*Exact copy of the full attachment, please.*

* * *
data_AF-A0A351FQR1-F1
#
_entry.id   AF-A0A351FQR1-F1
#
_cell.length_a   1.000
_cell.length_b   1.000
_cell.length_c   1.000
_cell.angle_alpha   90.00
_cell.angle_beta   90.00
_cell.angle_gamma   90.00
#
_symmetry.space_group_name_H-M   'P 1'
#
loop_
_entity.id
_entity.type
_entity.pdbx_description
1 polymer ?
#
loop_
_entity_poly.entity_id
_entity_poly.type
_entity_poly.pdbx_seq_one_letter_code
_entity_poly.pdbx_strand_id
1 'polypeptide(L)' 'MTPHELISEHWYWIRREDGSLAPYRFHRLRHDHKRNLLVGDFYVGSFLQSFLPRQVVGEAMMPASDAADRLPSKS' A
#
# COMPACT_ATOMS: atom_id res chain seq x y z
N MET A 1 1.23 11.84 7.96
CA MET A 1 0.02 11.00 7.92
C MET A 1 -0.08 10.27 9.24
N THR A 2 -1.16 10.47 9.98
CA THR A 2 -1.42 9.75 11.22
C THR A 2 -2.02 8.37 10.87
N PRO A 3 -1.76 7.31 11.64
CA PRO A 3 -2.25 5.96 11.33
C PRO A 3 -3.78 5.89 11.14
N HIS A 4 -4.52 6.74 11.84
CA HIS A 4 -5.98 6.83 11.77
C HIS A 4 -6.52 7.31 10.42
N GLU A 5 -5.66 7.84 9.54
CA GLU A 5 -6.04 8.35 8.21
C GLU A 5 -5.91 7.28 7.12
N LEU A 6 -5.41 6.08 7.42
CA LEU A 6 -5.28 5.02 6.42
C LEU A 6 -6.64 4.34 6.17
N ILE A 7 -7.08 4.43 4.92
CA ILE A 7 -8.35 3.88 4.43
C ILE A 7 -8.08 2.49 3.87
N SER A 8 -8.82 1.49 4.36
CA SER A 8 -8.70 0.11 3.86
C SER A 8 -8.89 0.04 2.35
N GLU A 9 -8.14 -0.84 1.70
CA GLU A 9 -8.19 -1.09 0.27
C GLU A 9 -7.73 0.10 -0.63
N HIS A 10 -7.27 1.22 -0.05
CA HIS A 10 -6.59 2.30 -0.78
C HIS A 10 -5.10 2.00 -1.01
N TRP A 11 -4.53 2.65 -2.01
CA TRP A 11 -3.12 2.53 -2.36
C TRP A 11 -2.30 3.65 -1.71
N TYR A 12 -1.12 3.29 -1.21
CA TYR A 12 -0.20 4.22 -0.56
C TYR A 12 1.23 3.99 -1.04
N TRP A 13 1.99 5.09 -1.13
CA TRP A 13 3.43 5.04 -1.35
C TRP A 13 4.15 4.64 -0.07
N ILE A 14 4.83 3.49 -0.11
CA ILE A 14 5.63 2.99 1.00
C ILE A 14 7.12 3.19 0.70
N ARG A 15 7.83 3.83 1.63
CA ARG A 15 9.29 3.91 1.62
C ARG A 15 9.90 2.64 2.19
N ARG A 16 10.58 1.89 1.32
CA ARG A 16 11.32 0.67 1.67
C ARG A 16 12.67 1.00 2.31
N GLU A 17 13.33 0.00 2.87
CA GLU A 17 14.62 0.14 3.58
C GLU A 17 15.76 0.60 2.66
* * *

data_AF-A0A351FQR1-F1
#
_entry.id   AF-A0A351FQR1-F1
#
_cell.length_a   1.000
_cell.length_b   1.000
_cell.length_c   1.000
_cell.angle_alpha   90.00
_cell.angle_beta   90.00
_cell.angle_gamma   90.00
#
_symmetry.space_group_name_H-M   'P 1'
#
loop_
_entity.id
_entity.type
_entity.pdbx_description
1 polymer ?
#
loop_
_entity_poly.entity_id
_entity_poly.type
_entity_poly.pdbx_seq_one_letter_code
_entity_poly.pdbx_strand_id
1 'polypeptide(L)' 'MTPHELISEHWYWIRREDGSLAPYRFHRLRHDHKRNLLVGDFYVGSFLQSFLPRQVVGEAMMPASDAADRLPSKS' A
#
# COMPACT_ATOMS: atom_id res chain seq x y z
N MET A 1 1.23 11.84 7.96
CA MET A 1 0.02 11.00 7.92
C MET A 1 -0.08 10.27 9.24
N THR A 2 -1.16 10.47 9.98
CA THR A 2 -1.42 9.75 11.22
C THR A 2 -2.02 8.37 10.87
N PRO A 3 -1.76 7.31 11.64
CA PRO A 3 -2.25 5.96 11.33
C PRO A 3 -3.78 5.89 11.14
N HIS A 4 -4.52 6.74 11.84
CA HIS A 4 -5.98 6.83 11.77
C HIS A 4 -6.52 7.31 10.42
N GLU A 5 -5.66 7.84 9.54
CA GLU A 5 -6.04 8.35 8.21
C GLU A 5 -5.91 7.28 7.12
N LEU A 6 -5.41 6.08 7.42
CA LEU A 6 -5.28 5.02 6.42
C LEU A 6 -6.64 4.34 6.17
N ILE A 7 -7.08 4.43 4.92
CA ILE A 7 -8.35 3.88 4.43
C ILE A 7 -8.08 2.49 3.87
N SER A 8 -8.82 1.49 4.36
CA SER A 8 -8.70 0.11 3.86
C SER A 8 -8.89 0.04 2.35
N GLU A 9 -8.14 -0.84 1.70
CA GLU A 9 -8.19 -1.09 0.27
C GLU A 9 -7.73 0.10 -0.63
N HIS A 10 -7.27 1.22 -0.05
CA HIS A 10 -6.59 2.30 -0.78
C HIS A 10 -5.10 2.00 -1.01
N TRP A 11 -4.53 2.65 -2.01
CA TRP A 11 -3.12 2.53 -2.36
C TRP A 11 -2.30 3.65 -1.71
N TYR A 12 -1.12 3.29 -1.21
CA TYR A 12 -0.20 4.22 -0.56
C TYR A 12 1.23 3.99 -1.04
N TRP A 13 1.99 5.09 -1.13
CA TRP A 13 3.43 5.04 -1.35
C TRP A 13 4.15 4.64 -0.07
N ILE A 14 4.83 3.49 -0.11
CA ILE A 14 5.63 2.99 1.00
C ILE A 14 7.12 3.19 0.70
N ARG A 15 7.83 3.83 1.63
CA ARG A 15 9.29 3.91 1.62
C ARG A 15 9.90 2.64 2.19
N ARG A 16 10.58 1.89 1.32
CA ARG A 16 11.32 0.67 1.67
C ARG A 16 12.67 1.00 2.31
N GLU A 17 13.33 0.00 2.87
CA GLU A 17 14.62 0.14 3.58
C GLU A 17 15.76 0.60 2.66